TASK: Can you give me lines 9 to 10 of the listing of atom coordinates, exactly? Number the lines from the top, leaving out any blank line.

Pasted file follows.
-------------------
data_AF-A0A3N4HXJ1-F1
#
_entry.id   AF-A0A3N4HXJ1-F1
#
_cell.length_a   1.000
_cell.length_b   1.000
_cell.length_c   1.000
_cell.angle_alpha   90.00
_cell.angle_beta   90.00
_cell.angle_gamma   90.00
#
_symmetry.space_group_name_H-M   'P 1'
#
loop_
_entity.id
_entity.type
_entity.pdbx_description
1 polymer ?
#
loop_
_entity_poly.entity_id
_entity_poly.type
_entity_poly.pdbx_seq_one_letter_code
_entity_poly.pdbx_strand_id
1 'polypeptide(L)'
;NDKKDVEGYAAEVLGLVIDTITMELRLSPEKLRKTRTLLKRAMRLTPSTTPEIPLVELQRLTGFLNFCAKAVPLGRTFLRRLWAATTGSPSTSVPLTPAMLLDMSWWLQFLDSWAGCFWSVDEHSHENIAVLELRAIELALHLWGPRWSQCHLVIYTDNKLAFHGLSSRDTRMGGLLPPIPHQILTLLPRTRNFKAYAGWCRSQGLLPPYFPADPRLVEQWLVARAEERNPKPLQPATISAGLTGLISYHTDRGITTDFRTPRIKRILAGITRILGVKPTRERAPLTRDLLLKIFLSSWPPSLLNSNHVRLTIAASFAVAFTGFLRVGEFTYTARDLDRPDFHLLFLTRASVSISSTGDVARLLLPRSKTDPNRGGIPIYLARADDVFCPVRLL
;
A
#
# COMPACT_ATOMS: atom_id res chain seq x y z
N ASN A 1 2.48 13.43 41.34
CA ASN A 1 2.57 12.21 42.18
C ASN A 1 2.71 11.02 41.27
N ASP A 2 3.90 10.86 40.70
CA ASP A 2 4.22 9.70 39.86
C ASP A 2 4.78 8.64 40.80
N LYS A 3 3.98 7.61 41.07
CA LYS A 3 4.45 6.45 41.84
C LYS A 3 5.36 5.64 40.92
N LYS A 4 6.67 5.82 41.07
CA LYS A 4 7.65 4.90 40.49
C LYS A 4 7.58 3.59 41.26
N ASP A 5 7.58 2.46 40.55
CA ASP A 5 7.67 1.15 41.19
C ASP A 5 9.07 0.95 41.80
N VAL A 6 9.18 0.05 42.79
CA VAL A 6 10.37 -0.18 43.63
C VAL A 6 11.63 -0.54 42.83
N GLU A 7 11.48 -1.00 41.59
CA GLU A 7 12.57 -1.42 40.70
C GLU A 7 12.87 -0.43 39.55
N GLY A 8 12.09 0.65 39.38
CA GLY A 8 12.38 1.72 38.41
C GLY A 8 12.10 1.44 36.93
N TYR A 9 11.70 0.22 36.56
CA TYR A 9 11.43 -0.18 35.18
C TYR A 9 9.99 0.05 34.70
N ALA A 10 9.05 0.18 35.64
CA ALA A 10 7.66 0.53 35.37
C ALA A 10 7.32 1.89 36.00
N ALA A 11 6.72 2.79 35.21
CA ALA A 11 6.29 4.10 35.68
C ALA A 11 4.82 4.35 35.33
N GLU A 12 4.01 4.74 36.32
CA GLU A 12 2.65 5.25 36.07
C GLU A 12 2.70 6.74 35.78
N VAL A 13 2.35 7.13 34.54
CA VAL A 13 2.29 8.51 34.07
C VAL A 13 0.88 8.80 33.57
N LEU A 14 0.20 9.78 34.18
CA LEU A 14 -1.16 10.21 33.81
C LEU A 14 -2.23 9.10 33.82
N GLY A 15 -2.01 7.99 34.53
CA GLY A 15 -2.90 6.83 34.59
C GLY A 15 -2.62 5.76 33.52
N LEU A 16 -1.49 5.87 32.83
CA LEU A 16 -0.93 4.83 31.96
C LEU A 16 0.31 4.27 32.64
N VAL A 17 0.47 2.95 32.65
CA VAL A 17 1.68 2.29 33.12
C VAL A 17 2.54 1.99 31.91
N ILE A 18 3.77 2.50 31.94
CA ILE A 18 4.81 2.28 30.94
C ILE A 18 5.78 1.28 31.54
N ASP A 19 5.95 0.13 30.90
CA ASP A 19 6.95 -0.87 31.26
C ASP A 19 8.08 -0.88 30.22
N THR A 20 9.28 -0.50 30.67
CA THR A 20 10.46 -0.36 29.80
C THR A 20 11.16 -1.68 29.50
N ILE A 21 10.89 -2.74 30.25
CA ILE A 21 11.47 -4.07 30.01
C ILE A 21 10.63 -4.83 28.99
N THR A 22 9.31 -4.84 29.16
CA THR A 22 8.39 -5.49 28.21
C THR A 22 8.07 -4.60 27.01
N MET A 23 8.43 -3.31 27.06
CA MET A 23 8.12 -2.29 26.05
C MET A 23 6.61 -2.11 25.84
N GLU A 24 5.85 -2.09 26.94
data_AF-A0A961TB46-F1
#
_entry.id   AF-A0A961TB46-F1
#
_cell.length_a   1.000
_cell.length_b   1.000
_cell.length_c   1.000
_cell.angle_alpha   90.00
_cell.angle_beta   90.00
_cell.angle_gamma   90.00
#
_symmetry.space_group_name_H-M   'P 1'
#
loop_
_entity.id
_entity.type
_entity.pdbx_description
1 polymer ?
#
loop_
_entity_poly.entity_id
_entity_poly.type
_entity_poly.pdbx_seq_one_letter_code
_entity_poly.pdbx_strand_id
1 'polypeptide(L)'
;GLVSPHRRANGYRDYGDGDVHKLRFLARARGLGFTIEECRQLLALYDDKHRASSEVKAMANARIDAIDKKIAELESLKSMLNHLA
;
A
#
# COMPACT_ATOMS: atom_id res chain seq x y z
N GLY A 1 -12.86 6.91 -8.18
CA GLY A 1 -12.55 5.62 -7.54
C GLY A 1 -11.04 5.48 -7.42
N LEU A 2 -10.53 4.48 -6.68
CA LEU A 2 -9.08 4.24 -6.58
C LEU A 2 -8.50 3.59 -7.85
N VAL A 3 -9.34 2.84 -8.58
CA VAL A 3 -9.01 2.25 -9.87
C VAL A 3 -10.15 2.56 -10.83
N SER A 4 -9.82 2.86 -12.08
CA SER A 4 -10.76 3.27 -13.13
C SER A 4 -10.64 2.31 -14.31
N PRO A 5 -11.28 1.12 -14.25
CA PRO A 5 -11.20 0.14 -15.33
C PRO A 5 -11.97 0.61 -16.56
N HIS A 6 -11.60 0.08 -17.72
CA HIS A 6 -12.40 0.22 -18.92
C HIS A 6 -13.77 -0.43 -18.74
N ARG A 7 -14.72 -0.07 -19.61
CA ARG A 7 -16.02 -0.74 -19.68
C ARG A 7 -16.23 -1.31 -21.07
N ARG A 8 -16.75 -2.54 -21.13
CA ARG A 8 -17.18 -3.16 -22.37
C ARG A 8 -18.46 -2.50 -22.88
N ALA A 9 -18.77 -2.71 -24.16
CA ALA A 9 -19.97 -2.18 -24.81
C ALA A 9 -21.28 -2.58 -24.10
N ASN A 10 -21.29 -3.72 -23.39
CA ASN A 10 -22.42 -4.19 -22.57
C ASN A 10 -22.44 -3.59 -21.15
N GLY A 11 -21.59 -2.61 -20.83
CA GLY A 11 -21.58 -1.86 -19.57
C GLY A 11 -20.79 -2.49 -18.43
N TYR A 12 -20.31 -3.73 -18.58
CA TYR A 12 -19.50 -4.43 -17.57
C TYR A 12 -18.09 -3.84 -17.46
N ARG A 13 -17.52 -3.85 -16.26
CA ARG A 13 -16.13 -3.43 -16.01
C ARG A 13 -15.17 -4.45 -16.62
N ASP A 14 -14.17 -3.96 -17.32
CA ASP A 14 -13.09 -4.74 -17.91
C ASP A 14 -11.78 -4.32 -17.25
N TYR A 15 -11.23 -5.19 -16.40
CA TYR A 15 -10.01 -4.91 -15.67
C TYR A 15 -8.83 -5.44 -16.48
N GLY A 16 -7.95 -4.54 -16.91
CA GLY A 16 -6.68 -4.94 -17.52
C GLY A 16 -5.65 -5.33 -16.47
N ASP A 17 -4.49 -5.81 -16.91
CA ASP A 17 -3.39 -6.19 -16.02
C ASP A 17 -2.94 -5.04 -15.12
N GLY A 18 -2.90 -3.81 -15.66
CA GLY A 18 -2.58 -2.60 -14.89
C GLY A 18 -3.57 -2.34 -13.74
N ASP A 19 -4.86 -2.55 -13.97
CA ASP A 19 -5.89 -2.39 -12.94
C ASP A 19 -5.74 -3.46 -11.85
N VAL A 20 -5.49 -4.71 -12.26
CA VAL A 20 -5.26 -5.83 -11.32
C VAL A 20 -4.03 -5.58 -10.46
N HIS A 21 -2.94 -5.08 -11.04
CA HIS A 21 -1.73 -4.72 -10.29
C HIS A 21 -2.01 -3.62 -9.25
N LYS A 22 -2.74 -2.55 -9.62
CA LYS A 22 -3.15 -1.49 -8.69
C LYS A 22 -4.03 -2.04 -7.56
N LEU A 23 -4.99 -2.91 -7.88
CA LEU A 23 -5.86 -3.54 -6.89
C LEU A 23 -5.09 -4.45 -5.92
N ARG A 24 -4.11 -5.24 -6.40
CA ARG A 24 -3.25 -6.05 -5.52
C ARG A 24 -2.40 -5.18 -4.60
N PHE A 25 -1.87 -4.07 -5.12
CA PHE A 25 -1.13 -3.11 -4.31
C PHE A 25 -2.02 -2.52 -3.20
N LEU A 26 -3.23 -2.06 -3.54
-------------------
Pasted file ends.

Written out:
_cell.angle_beta   90.00
_cell.angle_gamma   90.00